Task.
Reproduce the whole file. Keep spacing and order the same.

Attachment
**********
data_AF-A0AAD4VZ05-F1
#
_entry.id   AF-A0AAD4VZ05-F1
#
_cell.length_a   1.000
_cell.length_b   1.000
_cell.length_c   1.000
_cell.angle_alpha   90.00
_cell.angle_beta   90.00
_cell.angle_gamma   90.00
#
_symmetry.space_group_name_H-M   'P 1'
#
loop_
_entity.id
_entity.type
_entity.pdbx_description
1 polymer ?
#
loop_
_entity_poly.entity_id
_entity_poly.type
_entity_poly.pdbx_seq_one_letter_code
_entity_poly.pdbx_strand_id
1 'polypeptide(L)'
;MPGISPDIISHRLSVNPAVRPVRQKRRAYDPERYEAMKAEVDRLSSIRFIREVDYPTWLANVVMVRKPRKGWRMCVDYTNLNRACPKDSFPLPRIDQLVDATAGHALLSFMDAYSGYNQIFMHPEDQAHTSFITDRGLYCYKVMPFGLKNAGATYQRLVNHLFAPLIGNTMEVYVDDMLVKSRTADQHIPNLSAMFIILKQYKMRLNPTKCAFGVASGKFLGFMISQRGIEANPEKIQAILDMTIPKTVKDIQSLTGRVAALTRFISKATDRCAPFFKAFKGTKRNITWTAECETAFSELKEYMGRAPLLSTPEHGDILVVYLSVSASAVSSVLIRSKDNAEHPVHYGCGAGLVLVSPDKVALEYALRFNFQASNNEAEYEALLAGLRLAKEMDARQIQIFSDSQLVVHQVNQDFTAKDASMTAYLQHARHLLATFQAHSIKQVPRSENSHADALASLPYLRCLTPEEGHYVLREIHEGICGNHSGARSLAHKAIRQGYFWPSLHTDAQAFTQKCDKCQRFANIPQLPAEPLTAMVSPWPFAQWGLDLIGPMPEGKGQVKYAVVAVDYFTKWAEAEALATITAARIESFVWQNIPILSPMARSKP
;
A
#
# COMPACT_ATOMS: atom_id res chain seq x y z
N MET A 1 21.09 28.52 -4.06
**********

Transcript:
data_AF-A0AAD4VZ05-F1
#
_entry.id   AF-A0AAD4VZ05-F1
#
_cell.length_a   1.000
_cell.length_b   1.000
_cell.length_c   1.000
_cell.angle_alpha   90.00
_cell.angle_beta   90.00
_cell.angle_gamma   90.00
#
_symmetry.space_group_name_H-M   'P 1'
#
loop_
_entity.id
_entity.type
_entity.pdbx_description
1 polymer ?
#
loop_
_entity_poly.entity_id
_entity_poly.type
_entity_poly.pdbx_seq_one_letter_code
_entity_poly.pdbx_strand_id
1 'polypeptide(L)'
;MPGISPDIISHRLSVNPAVRPVRQKRRAYDPERYEAMKAEVDRLSSIRFIREVDYPTWLANVVMVRKPRKGWRMCVDYTNLNRACPKDSFPLPRIDQLVDATAGHALLSFMDAYSGYNQIFMHPEDQAHTSFITDRGLYCYKVMPFGLKNAGATYQRLVNHLFAPLIGNTMEVYVDDMLVKSRTADQHIPNLSAMFIILKQYKMRLNPTKCAFGVASGKFLGFMISQRGIEANPEKIQAILDMTIPKTVKDIQSLTGRVAALTRFISKATDRCAPFFKAFKGTKRNITWTAECETAFSELKEYMGRAPLLSTPEHGDILVVYLSVSASAVSSVLIRSKDNAEHPVHYGCGAGLVLVSPDKVALEYALRFNFQASNNEAEYEALLAGLRLAKEMDARQIQIFSDSQLVVHQVNQDFTAKDASMTAYLQHARHLLATFQAHSIKQVPRSENSHADALASLPYLRCLTPEEGHYVLREIHEGICGNHSGARSLAHKAIRQGYFWPSLHTDAQAFTQKCDKCQRFANIPQLPAEPLTAMVSPWPFAQWGLDLIGPMPEGKGQVKYAVVAVDYFTKWAEAEALATITAARIESFVWQNIPILSPMARSKP
;
A
#
# COMPACT_ATOMS: atom_id res chain seq x y z
N MET A 1 21.09 28.52 -4.06